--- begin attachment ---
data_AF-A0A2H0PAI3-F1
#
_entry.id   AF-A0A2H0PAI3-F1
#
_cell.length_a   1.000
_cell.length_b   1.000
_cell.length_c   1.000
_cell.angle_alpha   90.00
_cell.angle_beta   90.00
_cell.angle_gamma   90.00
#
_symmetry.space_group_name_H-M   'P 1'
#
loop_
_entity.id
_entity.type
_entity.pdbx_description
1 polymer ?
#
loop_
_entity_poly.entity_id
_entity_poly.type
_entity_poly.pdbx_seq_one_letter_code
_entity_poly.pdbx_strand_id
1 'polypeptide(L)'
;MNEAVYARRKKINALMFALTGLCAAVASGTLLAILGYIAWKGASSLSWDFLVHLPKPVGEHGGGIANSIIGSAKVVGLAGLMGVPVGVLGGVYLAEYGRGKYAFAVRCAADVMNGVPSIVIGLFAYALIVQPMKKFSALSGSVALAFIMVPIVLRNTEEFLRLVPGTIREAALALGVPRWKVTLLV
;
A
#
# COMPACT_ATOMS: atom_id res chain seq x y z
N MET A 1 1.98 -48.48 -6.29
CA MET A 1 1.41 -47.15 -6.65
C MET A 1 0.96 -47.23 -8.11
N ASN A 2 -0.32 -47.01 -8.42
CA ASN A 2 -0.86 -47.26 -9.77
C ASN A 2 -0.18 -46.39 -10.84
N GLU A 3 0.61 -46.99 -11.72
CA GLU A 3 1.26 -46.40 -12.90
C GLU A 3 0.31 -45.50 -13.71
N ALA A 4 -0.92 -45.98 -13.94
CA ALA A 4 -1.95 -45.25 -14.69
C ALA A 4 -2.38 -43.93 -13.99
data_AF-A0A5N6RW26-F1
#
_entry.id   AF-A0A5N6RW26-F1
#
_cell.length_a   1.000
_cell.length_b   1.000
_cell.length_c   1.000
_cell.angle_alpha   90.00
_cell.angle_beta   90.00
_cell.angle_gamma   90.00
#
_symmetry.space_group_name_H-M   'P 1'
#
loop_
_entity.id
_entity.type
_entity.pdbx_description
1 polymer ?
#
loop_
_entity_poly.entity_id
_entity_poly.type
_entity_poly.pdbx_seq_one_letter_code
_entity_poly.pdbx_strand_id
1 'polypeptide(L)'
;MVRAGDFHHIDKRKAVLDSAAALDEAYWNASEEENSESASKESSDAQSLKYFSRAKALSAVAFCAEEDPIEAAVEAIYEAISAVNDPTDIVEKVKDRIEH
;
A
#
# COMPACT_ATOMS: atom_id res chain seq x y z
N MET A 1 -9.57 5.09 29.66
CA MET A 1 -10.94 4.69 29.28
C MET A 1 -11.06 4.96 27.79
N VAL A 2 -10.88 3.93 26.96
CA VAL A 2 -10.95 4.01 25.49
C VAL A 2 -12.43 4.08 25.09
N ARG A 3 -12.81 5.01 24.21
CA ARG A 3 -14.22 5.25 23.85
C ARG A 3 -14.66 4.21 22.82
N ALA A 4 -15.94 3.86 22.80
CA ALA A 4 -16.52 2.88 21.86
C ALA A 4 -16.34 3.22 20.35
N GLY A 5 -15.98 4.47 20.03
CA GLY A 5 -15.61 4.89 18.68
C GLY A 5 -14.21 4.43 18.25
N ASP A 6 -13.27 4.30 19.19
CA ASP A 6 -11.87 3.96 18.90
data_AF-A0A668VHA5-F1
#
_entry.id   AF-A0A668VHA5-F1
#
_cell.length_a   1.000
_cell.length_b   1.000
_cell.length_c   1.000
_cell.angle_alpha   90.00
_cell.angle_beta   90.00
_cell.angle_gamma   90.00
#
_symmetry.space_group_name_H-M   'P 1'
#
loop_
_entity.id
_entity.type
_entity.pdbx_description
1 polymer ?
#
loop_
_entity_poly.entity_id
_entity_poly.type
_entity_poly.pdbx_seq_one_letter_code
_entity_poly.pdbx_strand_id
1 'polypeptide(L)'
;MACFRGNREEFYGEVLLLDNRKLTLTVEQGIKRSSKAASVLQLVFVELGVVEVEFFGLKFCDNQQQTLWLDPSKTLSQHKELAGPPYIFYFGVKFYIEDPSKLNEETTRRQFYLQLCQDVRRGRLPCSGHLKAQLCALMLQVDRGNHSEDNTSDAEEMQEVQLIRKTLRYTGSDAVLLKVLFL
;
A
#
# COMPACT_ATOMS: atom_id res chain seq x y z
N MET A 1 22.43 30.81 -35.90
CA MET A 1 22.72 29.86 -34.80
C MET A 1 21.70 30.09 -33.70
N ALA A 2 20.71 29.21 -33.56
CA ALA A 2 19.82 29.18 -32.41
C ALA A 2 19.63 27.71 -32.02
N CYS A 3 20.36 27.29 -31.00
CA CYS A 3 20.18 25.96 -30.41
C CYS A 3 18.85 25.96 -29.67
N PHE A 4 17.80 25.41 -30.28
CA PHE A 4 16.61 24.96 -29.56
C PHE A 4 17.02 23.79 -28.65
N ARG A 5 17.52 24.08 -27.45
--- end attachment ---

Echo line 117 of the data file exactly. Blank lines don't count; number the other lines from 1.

A